relative to the first portion.

14. The vehicle of claim 13, further comprising a motor operatively coupled to the ring by a drivetrain to selectively control rotation of the ring to facilitate extension of the telescopic shade by the extension spring and retraction of the telescopic shade by the cable.

15. The vehicle of claim 13, further comprising a second telescopic shade, wherein the first telescopic shade and the second telescopic shade extend in opposing directions. 16. The vehicle of claim 15, wherein extension of the first telescopic shade and extension of the second telescopic shade is coordinated to maintain a relative location of a center of mass within the variable length light shield.

17. A method for facilitating the shielding of light otherwise incident on an electro-optical sensor within a nose cone, the method comprising:

obtaining a base;

disposing a ring about the base, the ring being rotatably supported about the base;

disposing a telescopic shade about the base, the telescopic shade having a first portion supported by the base and a second portion movable relative to the first portion;

biasing the second portion to extend the second portion away from the first portion; and

guiding a cable between the ring and the second portion of the telescopic shade, wherein rotation of the ring causes movement of the second portion relative to the first portion.

18. The method of claim 17, further comprising causing the ring to rotate.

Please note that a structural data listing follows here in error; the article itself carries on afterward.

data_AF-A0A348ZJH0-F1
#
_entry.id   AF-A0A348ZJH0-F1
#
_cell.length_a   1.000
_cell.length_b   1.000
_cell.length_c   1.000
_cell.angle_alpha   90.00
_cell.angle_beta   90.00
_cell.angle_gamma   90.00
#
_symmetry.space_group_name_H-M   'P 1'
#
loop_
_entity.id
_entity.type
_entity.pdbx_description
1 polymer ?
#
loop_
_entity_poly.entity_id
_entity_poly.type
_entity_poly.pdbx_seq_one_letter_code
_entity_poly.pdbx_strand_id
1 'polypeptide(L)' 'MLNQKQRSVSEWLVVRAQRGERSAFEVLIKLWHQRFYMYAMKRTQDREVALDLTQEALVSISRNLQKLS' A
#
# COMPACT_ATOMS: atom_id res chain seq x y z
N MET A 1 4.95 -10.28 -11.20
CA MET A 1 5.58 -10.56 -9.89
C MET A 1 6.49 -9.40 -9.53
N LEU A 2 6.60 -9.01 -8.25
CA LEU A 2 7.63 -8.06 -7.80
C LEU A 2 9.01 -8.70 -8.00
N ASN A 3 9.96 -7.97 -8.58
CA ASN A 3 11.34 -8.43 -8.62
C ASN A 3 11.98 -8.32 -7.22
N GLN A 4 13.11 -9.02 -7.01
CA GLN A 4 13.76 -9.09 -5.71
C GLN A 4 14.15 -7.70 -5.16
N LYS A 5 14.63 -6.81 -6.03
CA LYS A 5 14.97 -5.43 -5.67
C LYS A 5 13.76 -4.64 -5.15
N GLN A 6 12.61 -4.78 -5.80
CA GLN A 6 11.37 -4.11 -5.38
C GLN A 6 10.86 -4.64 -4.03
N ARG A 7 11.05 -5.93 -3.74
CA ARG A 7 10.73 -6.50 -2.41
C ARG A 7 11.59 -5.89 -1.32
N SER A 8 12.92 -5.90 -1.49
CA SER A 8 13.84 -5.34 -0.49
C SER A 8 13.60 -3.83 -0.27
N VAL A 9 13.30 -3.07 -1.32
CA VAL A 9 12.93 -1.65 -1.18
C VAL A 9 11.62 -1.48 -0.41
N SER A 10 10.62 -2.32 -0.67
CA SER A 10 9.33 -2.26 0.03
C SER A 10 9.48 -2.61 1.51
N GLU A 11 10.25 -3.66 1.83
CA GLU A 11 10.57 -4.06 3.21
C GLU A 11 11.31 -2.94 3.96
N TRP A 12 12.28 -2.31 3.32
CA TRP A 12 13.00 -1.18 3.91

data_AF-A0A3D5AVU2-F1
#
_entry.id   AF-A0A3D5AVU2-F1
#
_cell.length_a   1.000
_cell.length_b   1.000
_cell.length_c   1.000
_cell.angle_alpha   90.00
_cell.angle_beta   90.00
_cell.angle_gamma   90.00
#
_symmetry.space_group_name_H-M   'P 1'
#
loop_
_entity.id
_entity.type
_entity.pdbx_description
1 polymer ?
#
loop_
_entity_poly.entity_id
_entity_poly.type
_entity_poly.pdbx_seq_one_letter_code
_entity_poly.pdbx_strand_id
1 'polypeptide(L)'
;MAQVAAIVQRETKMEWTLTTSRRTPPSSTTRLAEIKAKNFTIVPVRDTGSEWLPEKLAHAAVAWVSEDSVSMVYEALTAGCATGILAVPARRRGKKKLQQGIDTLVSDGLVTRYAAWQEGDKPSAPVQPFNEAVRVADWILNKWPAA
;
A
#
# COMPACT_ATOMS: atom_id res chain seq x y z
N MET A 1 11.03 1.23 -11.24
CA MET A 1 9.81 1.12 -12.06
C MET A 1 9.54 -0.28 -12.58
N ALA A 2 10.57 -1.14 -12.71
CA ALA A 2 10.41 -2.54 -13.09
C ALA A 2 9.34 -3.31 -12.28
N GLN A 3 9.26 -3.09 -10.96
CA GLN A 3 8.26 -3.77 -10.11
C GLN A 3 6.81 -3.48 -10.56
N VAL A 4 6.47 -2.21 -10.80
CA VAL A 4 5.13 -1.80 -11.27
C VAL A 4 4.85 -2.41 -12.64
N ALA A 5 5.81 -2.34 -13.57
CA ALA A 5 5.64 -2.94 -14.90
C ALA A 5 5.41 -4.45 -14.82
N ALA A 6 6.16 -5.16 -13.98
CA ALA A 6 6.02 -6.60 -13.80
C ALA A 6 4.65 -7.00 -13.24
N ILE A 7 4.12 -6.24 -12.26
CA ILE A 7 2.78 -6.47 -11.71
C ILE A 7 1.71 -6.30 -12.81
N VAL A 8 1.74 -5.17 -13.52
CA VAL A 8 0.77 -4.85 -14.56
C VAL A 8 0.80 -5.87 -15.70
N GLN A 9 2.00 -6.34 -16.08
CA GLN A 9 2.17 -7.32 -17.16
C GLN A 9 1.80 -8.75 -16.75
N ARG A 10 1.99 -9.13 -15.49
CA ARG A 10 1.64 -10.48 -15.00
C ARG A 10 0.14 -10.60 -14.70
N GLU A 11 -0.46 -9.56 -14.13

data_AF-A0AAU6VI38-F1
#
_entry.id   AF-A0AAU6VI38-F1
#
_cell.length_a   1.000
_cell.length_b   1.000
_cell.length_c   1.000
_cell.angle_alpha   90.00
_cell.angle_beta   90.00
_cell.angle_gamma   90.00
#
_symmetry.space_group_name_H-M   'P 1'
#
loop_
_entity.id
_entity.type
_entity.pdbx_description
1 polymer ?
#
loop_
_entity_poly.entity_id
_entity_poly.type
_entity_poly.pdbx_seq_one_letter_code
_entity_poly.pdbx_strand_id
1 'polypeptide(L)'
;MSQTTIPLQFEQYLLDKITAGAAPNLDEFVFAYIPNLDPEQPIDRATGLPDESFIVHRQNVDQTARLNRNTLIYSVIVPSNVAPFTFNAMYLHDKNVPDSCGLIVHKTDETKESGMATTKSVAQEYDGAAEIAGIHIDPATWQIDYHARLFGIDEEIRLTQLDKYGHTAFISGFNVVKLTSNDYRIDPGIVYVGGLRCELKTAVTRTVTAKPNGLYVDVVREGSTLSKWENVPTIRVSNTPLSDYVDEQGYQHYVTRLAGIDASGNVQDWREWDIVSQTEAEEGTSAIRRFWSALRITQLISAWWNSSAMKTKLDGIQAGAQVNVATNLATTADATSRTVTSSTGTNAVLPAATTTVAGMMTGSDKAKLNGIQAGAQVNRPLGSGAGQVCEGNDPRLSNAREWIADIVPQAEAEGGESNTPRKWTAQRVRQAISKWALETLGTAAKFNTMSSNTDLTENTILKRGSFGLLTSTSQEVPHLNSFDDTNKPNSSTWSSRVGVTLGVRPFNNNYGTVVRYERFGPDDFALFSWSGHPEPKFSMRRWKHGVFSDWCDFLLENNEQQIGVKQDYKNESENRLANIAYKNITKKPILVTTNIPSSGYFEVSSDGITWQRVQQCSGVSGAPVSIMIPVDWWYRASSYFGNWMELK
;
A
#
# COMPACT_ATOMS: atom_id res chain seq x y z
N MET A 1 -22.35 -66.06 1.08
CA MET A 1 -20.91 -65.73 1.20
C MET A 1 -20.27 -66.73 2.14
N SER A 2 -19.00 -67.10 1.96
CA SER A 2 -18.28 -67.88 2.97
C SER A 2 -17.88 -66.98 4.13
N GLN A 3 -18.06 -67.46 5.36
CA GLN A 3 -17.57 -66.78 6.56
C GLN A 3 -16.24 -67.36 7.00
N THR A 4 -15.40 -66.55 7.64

The method of claim 17, wherein guiding a cable comprises disposing a first end of a guide tube proximate the ring and orienting a second end of the guide tube extending away from the ring about a side of the telescopic shade; and

extending the cable through the guide tube and the extension spring, the cable having a first end coupled to the ring and a second end coupled to the second portion of the telescopic shade.

20. The method of claim 19, wherein biasing the second portion comprises supporting a first end of an extension spring by the guide tube and supporting a second end of the extension spring by the second telescopic shade portion.

Description:
VARIABLE LENGTH LIGHT SHIELD FOR AN ELECTRO-OPTICAL SENSOR

WITHIN A NOSE CONE

BACKGROUND

[0001] Sunshades are commonly used with electro-optical sensors of missiles or other vehicles, such as warheads, to mask out potentially damaging light on the focal plane array while imaging near the field of view of the sun. Bright objects, such as the earth, can also "blind" the sensors when in the field of view. Current sunshades typically have fixed lengths. Thus, to avoid blinding the sensors, the sensors may be powered down when the sun or other bright object is near the field of regard. On the other hand, the lack of protection may simply be accepted with the hope that no harm will result, such as permanent damage to high sensitivity imaging sensors.

BRIEF DESCRIPTION OF THE DRAWINGS